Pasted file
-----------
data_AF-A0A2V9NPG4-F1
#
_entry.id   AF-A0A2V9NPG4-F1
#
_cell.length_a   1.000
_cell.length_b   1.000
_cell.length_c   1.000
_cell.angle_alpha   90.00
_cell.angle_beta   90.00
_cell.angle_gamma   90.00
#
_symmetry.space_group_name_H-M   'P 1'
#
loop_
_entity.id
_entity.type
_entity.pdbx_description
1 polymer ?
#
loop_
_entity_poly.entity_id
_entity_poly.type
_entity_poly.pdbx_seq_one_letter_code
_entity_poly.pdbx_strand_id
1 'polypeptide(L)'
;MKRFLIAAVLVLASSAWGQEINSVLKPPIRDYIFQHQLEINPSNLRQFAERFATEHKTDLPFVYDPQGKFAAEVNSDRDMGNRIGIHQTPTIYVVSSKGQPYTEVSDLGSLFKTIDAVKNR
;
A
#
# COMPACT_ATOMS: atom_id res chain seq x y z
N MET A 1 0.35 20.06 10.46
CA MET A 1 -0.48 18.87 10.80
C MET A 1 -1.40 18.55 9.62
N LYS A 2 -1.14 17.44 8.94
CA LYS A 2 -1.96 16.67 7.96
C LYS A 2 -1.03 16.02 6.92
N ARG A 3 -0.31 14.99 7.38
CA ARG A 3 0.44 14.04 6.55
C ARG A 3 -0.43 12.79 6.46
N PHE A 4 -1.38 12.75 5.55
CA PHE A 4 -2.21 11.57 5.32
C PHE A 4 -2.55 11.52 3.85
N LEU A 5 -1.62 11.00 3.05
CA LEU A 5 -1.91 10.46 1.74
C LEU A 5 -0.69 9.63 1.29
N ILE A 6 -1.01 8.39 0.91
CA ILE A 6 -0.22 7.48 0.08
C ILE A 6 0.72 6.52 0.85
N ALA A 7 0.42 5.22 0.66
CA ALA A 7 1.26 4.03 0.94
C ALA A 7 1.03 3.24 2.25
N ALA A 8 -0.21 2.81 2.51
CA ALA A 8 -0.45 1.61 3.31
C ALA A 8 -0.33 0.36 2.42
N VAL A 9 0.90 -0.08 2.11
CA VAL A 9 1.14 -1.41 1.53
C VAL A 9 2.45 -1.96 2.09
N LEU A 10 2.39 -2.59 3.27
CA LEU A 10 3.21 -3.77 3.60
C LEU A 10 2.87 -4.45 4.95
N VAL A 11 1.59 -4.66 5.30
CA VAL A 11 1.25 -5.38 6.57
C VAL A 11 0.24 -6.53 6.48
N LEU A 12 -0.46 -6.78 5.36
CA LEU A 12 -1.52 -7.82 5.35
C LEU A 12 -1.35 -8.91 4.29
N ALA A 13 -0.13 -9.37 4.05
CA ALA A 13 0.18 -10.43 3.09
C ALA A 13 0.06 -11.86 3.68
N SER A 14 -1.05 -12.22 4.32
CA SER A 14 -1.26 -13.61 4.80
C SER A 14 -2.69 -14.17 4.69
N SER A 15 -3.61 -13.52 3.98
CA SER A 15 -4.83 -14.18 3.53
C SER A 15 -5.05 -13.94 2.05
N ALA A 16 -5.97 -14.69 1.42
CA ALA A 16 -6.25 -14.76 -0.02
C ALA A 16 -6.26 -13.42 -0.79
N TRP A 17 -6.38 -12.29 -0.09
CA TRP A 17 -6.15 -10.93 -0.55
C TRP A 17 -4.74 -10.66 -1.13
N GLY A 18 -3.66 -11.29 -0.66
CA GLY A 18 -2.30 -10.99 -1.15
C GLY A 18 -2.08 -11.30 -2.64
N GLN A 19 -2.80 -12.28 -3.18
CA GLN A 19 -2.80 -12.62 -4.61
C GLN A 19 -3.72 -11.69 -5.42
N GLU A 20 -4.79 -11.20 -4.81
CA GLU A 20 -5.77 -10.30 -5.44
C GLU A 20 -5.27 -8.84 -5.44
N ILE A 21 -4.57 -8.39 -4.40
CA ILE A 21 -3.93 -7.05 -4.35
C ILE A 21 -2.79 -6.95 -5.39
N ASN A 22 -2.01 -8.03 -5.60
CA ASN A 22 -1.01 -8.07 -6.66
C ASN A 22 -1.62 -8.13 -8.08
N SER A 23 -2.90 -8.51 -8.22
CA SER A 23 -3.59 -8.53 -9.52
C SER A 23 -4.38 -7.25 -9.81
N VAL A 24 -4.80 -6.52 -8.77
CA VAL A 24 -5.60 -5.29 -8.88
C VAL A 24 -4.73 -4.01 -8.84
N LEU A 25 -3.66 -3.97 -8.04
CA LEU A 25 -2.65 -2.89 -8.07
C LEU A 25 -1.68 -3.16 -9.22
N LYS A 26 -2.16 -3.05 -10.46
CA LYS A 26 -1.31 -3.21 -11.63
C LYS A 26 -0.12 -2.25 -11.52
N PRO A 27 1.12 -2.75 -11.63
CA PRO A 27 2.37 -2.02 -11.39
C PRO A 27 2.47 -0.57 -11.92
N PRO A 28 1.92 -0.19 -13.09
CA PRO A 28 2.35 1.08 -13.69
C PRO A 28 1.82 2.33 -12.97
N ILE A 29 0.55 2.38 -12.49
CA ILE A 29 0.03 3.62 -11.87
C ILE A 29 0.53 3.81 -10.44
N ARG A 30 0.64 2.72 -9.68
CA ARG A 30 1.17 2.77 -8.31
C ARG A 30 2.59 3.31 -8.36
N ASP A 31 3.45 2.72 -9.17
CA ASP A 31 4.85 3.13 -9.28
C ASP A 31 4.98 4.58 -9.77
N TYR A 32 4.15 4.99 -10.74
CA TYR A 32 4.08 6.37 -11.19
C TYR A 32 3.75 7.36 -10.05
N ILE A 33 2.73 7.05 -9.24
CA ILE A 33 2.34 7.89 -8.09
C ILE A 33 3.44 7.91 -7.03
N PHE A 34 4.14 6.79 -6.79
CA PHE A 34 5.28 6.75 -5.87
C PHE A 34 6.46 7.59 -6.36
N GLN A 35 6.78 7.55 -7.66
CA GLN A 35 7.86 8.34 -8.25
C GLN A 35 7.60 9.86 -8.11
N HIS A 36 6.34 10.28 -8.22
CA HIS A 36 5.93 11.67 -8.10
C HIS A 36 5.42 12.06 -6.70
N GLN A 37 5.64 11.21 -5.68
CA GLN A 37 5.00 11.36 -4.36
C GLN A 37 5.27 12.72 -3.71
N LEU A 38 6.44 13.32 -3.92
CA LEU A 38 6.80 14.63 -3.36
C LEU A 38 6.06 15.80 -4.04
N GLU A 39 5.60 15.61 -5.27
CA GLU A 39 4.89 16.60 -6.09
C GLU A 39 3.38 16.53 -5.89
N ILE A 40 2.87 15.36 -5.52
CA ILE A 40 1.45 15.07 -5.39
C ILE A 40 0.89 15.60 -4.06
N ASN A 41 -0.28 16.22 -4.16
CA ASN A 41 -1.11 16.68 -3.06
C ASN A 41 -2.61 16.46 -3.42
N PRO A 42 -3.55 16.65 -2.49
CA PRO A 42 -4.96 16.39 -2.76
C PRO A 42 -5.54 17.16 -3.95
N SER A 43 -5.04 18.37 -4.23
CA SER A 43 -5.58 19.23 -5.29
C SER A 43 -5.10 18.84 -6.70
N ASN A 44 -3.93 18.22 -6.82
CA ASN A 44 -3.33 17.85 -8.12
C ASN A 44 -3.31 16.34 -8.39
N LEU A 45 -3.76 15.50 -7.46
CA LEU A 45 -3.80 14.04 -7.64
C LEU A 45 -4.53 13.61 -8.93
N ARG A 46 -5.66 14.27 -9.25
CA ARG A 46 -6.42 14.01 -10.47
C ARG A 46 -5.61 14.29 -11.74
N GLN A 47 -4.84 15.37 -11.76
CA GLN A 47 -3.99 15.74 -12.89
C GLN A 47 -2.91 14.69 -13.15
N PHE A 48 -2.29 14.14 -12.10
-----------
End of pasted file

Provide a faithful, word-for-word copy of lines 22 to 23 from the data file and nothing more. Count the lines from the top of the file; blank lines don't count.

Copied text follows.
_entity_poly.type
_entity_poly.pdbx_seq_one_letter_code